Some playgrounds will carry insurance, and others will fall under the cities care where their overarching liability insurance would provide […]
Hit-and-run accidents are increasing at an alarming rate, according to a recent study by the AAA Foundation for Traffic Safety. In the United States, a hit-and-run collision occurs roughly every 43 seconds.
Hit-and-run crashes led to a record 2,049 fatalities in 2016, according to the AAA report, with pedestrians and bicyclists representing a majority of the deaths. At least 20 percent of all pedestrian deaths over the past decade can be linked to hit-and-run collisions.
This surge in fatal hit-and-runs has caused many communities in Cincinnati and across Ohio to rally for stricter laws and more thorough investigations.
Based on comprehensive accident data from 2016, Ohio ranked 8th in the nation for the most hit-and-run crashes involving at least one fatality. According to statistics from the Ohio State Highway Patrol, there were 1,179 traffic fatalities in the state in 2017; more than 140 of those fatalities were pedestrians.
Sadly, those numbers are climbing, and there seem to be multiple reasons why. Ohio’s population density and some notoriously dangerous intersections in the state’s metro areas are two contributing factors.
Distracted driving is believed to play an increasing role in hit-and-run crashes. In some cases, distracted pedestrians and bikers who aren’t paying adequate attention to their surroundings are also to blame for collisions.
It’s believed that only about half of all hit-and-run drivers are eventually identified. But this has not discouraged the Ohio Legislature from attempting to prevent hit-and-runs.
Previously, drivers who fled the scene of an accident in Ohio could face only misdemeanor charges. However, a recently passed law makes it a felony to flee the scene of a crash that resulted in serious injuries or death.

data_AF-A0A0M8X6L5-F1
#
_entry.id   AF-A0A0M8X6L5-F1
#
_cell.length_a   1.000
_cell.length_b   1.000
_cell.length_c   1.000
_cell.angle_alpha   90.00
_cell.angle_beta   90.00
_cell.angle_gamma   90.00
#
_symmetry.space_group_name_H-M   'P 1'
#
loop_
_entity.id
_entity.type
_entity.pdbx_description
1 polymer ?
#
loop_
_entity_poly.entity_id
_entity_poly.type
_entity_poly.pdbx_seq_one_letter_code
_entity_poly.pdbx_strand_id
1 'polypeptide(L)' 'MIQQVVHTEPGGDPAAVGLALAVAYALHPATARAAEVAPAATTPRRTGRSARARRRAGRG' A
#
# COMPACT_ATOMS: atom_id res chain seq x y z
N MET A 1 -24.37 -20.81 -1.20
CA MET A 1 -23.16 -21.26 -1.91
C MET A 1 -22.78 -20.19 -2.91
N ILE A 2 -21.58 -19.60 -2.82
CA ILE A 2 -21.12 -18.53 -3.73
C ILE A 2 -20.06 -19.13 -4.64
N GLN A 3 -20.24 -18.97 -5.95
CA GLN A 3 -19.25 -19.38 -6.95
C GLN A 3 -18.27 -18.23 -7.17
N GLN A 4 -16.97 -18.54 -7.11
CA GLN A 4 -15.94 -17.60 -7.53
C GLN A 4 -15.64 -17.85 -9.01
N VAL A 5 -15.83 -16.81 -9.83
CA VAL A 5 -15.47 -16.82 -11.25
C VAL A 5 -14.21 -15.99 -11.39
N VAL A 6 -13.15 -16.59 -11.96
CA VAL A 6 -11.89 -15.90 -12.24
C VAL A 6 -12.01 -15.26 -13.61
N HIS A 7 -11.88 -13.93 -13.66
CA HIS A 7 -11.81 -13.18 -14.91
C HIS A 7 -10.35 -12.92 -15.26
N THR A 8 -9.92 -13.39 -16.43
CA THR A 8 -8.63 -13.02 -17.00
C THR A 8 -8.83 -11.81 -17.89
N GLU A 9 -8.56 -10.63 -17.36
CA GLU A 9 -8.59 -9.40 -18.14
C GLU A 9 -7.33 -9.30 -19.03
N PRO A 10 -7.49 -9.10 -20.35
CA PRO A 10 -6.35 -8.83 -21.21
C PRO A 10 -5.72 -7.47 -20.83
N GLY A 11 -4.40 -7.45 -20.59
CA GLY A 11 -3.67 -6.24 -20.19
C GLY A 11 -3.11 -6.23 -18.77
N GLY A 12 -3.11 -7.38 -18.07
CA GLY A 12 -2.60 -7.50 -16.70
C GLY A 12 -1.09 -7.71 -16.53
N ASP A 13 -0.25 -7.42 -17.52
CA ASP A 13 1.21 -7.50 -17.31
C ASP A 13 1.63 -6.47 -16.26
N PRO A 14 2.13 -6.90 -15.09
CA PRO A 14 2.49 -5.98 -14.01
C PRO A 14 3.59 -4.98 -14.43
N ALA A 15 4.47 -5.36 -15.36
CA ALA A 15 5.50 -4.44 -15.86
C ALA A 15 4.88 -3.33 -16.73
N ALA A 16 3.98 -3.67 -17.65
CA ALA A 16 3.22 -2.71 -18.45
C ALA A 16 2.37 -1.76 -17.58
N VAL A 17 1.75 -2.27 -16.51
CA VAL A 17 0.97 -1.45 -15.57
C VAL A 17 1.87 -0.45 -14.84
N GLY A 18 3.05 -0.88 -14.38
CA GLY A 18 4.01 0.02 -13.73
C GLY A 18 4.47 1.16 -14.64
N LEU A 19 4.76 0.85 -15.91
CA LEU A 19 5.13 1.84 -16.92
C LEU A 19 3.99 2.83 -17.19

Even with this new law, some believe that local municipalities and law enforcement should increase their focus on pedestrian safety in an effort to reduce the number of hit-and-run accidents in the state. These advocates argue that police should enforce traffic laws more often by slowing down drivers and cities should plan for the redesign of streets to give pedestrians and bicyclists more space.
Ohio isn’t the only state with a growing number of hit-and-run accidents. Indiana has also seen a sharp increase in hit-and-run accidents, with numbers exceeding those in Ohio.
There were over 5,500 hit-and-run reports in Indiana in 2017. Many families of hit-and-run victims in Indiana have lobbied for stronger punishments when drivers flee the scene of an accident, especially if there are fatalities involved. Indiana’s governor recently signed a bill into law that strengthens penalties for drivers responsible for fatal hit-and-run accidents.
With 83 hit-and-run pedestrian fatalities reported in 2017, many in Kentucky have also begun to consider if their own laws regarding hit-and-run accidents are stringent enough. The state currently considers leaving the scene of a hit-and-run accident a misdemeanor, unless a death or serious physical injury is involved, at which point it becomes a felony.
Unfortunately, no amount of legislation will stop hit-and-runs completely. But if you were a victim of a hit-and-run accident, working with a knowledgeable personal injury lawyer can help protect your rights and your ability to pursue compensation.
In some cases, an experienced attorney may be able to use the evidence available to track down and identify the at-fault driver. In other circumstances, a lawyer may be able to help secure a just settlement from your own insurance provider.
If you were hurt or a loved one was killed in a hit-and-run crash, please call the accomplished injury attorneys at Young, Reverman & Mazzei at 800-721-1678 or contact us online for a free consultation. We’re dedicated to helping injury victims from the greater Cincinnati and Dayton, Ohio, areas as well as from Campbell County, Boone County and Kenton County in Kentucky, and Dearborn County in Indiana. Please see our locations page for a complete list of our offices and directions.